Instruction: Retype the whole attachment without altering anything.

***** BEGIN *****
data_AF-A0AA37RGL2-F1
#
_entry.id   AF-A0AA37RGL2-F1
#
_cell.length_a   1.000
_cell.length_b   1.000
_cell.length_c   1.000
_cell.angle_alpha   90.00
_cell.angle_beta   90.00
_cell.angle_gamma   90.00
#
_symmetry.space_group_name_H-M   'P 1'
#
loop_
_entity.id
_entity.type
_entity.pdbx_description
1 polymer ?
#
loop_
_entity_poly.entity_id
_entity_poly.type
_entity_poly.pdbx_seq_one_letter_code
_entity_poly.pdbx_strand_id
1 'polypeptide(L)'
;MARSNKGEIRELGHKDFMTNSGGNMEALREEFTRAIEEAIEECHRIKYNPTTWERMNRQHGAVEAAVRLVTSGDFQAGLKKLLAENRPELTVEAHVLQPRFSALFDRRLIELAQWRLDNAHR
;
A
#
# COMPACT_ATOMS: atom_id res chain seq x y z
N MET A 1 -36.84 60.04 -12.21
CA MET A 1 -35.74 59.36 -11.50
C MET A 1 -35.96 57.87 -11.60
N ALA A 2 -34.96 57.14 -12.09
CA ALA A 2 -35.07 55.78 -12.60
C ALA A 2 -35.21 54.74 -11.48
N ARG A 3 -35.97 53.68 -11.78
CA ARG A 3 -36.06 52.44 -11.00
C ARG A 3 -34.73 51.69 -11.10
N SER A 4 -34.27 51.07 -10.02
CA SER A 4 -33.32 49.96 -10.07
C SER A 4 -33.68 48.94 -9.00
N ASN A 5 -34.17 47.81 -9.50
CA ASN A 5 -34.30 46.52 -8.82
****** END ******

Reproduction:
data_AF-A0AA37RGL2-F1
#
_entry.id   AF-A0AA37RGL2-F1
#
_cell.length_a   1.000
_cell.length_b   1.000
_cell.length_c   1.000
_cell.angle_alpha   90.00
_cell.angle_beta   90.00
_cell.angle_gamma   90.00
#
_symmetry.space_group_name_H-M   'P 1'
#
loop_
_entity.id
_entity.type
_entity.pdbx_description
1 polymer ?
#
loop_
_entity_poly.entity_id
_entity_poly.type
_entity_poly.pdbx_seq_one_letter_code
_entity_poly.pdbx_strand_id
1 'polypeptide(L)'
;MARSNKGEIRELGHKDFMTNSGGNMEALREEFTRAIEEAIEECHRIKYNPTTWERMNRQHGAVEAAVRLVTSGDFQAGLKKLLAENRPELTVEAHVLQPRFSALFDRRLIELAQWRLDNAHR
;
A
#
# COMPACT_ATOMS: atom_id res chain seq x y z
N MET A 1 -36.84 60.04 -12.21
CA MET A 1 -35.74 59.36 -11.50
C MET A 1 -35.96 57.87 -11.60
N ALA A 2 -34.96 57.14 -12.09
CA ALA A 2 -35.07 55.78 -12.60
C ALA A 2 -35.21 54.74 -11.48
N ARG A 3 -35.97 53.68 -11.78
CA ARG A 3 -36.06 52.44 -11.00
C ARG A 3 -34.73 51.69 -11.10
N SER A 4 -34.27 51.07 -10.02
CA SER A 4 -33.32 49.96 -10.07
C SER A 4 -33.68 48.94 -9.00
N ASN A 5 -34.17 47.81 -9.50
CA ASN A 5 -34.30 46.52 -8.82